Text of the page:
Frequently Asked Questions
What materials are accepted in my curbside recycling program?
Most municipal recycling contracts include the following materials. However, always check with your Village or City staff for confirmation:
- Paper such as newspaper, office paper, junk mail, post cards, envelopes (even with the plastic windows), magazines, catalogs and phone directories, wrapping paper (without foil or flocking), greeting cards, cardboard, cereal and food boxes, and milk and juice aseptic cartons. DO NOT include: paper plates, cups napkins, wax liners from boxes, or soiled pizza boxes!
- Metals such as aluminum and steel cans, empty aerosol spray cans, and clean aluminum foil and foil trays.
- Glass bottles and jars of all colors are accepted (amber, clear, green). DO NOT include ceramic mugs, mirrors, lightbulbs or window glass! These glass-like materials will contaminate the load.
- Plastics are the most complex material to recycle. There are seven primary types of plastic resin containers. Look on the bottom of each plastic container for a number in the chasing arrow recycling symbol. Numbers #1 and #2, and usually number #3, #5 and #7 plastic bottles and containers are accepted in curbside programs.
What about #6 Polystyrene plastics?
At this time, municipal curbside recycling programs are not accepting #6 PS plastics, known as polystyrene. It comes in two forms, expanded (fluffy and white) and rigid (clear). This plastic is mostly air, often coated with food contaminates, and can cost up to 300% more than other commodities to recycle due to its lightweight nature, lack of market competition and high transportation costs. However, there are two locations that will accept clean, expanded polystyrene from residents:
1200 N. Milwaukee Avenue
For more information, visit www.abt.com/green
Dart Container Corporation
310 Evergreen Drive
North Aurora, IL
For more information, visit www.dartcontainer.com
What about plastic bags?
Plastic Bags cannot go into your curbside program because they are light in weight and can blow away as well as clog sorting machinery, but are collected at most major grocery and some retail stores for recycling.
If a package states that it is recyclable, why can’t I put it in my cart/bin?
Just because packaging claims to be recyclable doesn’t mean that it can be added to your municipal recycling program. What it means is the product or packaging is technically able to be recycled, but the key is whether or not there is a market for that material, which dictates your community’s recycling program.
How should recyclables be prepared?
- Empty and rinse each container to remove food or beverage residue.
- Put plastic lids back on their original containers – put steel lids in the recycling cart/bin.
- Crush or flatten large containers or boxes to make room in the cart/bin for more materials.
- Remove the inside wax liners of paperboard boxes, such as cereal boxes.
- Place only approved items in the cart or bin. Things like tissue, paper towels and disposable paper goods all need to be thrown away. Cardboard from pizza can only be recycled if there isn’t any grease or food on it. Glass items, such as window glass, ceramics, pottery, crystal or light bulbs will contaminate recycled bottle glass if mixed together.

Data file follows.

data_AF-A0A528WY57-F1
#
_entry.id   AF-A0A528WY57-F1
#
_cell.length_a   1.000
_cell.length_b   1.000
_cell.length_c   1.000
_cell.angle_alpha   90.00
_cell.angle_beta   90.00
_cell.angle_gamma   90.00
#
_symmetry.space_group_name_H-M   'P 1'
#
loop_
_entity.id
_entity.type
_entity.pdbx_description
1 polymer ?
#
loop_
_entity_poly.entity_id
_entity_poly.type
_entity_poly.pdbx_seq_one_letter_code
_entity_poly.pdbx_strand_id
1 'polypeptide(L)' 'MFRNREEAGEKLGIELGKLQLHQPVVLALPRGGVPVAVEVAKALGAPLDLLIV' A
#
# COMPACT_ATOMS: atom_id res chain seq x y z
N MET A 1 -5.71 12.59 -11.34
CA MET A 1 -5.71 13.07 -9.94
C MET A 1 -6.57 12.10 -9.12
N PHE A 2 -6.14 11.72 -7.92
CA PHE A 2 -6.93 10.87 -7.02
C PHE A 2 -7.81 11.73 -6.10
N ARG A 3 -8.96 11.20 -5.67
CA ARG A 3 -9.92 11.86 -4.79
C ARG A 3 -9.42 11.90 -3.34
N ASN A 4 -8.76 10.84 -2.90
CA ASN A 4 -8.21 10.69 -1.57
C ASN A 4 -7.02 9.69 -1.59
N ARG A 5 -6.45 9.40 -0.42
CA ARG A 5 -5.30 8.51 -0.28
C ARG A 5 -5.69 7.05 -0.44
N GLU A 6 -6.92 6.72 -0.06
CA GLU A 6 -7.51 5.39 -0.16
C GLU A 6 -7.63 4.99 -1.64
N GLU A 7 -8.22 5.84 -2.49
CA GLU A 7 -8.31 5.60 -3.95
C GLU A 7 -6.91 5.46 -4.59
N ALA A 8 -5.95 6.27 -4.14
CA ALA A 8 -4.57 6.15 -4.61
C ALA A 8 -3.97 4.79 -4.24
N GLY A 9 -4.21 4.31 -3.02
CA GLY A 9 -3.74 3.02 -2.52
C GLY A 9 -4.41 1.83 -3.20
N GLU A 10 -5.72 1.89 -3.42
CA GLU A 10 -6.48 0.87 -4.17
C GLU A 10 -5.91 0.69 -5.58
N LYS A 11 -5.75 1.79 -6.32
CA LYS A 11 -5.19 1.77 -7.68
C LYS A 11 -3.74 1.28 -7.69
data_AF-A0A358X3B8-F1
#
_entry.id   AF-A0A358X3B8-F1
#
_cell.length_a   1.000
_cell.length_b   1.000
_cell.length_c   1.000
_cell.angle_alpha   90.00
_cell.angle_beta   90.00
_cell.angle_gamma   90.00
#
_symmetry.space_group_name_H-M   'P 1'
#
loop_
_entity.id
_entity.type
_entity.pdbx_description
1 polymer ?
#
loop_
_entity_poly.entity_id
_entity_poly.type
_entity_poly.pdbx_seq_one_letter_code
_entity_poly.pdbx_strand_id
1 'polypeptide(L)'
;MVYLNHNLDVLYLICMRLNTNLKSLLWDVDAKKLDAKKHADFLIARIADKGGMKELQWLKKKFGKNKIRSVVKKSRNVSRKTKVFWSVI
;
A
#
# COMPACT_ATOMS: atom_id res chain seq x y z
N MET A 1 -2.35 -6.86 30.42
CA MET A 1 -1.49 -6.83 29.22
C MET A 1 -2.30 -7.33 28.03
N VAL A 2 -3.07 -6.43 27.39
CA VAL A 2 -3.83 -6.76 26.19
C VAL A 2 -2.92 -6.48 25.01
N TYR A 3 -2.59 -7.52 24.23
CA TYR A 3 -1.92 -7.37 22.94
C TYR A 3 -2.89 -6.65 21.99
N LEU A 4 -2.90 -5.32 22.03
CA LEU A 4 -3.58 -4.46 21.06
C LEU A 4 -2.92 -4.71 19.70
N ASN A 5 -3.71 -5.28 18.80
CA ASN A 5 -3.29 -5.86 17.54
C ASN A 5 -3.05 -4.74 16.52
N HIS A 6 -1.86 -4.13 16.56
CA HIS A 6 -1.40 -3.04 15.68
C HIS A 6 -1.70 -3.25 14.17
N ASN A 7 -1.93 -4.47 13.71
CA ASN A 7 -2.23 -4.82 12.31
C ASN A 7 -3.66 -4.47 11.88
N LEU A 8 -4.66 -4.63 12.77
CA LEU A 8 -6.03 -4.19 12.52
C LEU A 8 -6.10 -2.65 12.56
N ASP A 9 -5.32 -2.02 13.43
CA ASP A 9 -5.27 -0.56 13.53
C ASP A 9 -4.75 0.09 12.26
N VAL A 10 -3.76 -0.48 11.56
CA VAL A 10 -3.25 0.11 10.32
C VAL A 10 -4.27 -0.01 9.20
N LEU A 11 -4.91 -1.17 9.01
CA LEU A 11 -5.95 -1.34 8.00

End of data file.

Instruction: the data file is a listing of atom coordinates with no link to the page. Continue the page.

- Labels no longer have to be removed from containers.
Do different materials need to be separated?
No, all acceptable recyclables can be collected in one container, known as single-stream.
What happens to the recyclables?
Materials collected from municipal curbside programs will be taken to a Materials Recovery Facility (MRF), sorted, baled by material and then sold to a manufacturer who will make new products from the materials for the marketplace. For example:
- Paper products will be reprocessed and made back into new paper, cardboard boxes and paper products such as paper towels, facial and toilet paper.
- Aluminum takes about six weeks for an aluminum can to be purchased, placed in a recycling bin, melted and molded into a new can, filled with product and returned to the store shelf. The can manufacturers estimate that it takes 95% less energy to make an aluminum can from recycled materials than from raw materials.
- Steel cans will be recycled and made into new cans, used in appliances and sometimes automotive parts. According to the Steel Recycling Institute, every new can contains a minimum of 28% recycled steel.
- Plastics - Recycled #1 PET plastic beverage bottles are washed, chipped, melted, shaped into small pellets that are puffed and stretched to make fibers that are used for stuffing pillows and sleeping bags, or made into carpet and clothing items. Recycled #2 HDPE plastics, such as laundry detergent containers and milk jugs are melted and made into park benches, playground equipment, frisbees and school supplies, such as rulers and clipboards. Other numbered plastics are reprocessed and made into a wide variety of new products as well.
How can I get recycling if I live in a condo or apartment building?
Each condominium association and apartment building landlord contracts with a private hauling company to provide solid waste pick up. It is up to the managing company or landlord to include a recycling provision in the contract. Join forces and voices to make this request. Visit swancc.org for drop-off locations throughout the Chicagoland area.